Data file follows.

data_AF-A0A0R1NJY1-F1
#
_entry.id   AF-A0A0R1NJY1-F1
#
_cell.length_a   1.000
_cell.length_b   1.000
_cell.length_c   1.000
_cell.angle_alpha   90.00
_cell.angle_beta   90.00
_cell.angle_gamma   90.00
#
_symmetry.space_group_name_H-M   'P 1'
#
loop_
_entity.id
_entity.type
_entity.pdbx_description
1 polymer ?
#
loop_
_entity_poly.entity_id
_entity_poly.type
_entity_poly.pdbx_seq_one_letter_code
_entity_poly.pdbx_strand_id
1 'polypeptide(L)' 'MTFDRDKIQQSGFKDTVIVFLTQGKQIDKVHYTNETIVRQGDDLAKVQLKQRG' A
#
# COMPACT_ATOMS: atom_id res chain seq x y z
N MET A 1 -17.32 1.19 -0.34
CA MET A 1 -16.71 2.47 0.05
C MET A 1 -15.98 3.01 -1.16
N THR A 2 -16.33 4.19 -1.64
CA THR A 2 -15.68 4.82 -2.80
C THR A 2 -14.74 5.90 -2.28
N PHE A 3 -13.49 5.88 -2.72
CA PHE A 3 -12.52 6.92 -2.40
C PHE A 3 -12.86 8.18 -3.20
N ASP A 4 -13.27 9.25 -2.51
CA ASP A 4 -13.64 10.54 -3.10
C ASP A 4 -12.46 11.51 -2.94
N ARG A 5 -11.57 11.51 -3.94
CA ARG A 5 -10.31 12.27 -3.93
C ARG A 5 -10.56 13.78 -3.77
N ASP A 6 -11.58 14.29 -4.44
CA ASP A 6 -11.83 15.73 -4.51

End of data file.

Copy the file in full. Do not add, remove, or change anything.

data_AF-A0A0R1NJY1-F1
#
_entry.id   AF-A0A0R1NJY1-F1
#
_cell.length_a   1.000
_cell.length_b   1.000
_cell.length_c   1.000
_cell.angle_alpha   90.00
_cell.angle_beta   90.00
_cell.angle_gamma   90.00
#
_symmetry.space_group_name_H-M   'P 1'
#
loop_
_entity.id
_entity.type
_entity.pdbx_description
1 polymer ?
#
loop_
_entity_poly.entity_id
_entity_poly.type
_entity_poly.pdbx_seq_one_letter_code
_entity_poly.pdbx_strand_id
1 'polypeptide(L)' 'MTFDRDKIQQSGFKDTVIVFLTQGKQIDKVHYTNETIVRQGDDLAKVQLKQRG' A
#
# COMPACT_ATOMS: atom_id res chain seq x y z
N MET A 1 -17.32 1.19 -0.34
CA MET A 1 -16.71 2.47 0.05
C MET A 1 -15.98 3.01 -1.16
N THR A 2 -16.33 4.19 -1.64
CA THR A 2 -15.68 4.82 -2.80
C THR A 2 -14.74 5.90 -2.28
N PHE A 3 -13.49 5.88 -2.72
CA PHE A 3 -12.52 6.92 -2.40
C PHE A 3 -12.86 8.18 -3.20
N ASP A 4 -13.27 9.25 -2.51
CA ASP A 4 -13.64 10.54 -3.10
C ASP A 4 -12.46 11.51 -2.94
N ARG A 5 -11.57 11.51 -3.94
CA ARG A 5 -10.31 12.27 -3.93
C ARG A 5 -10.56 13.78 -3.77
N ASP A 6 -11.58 14.29 -4.44
CA ASP A 6 -11.83 15.73 -4.51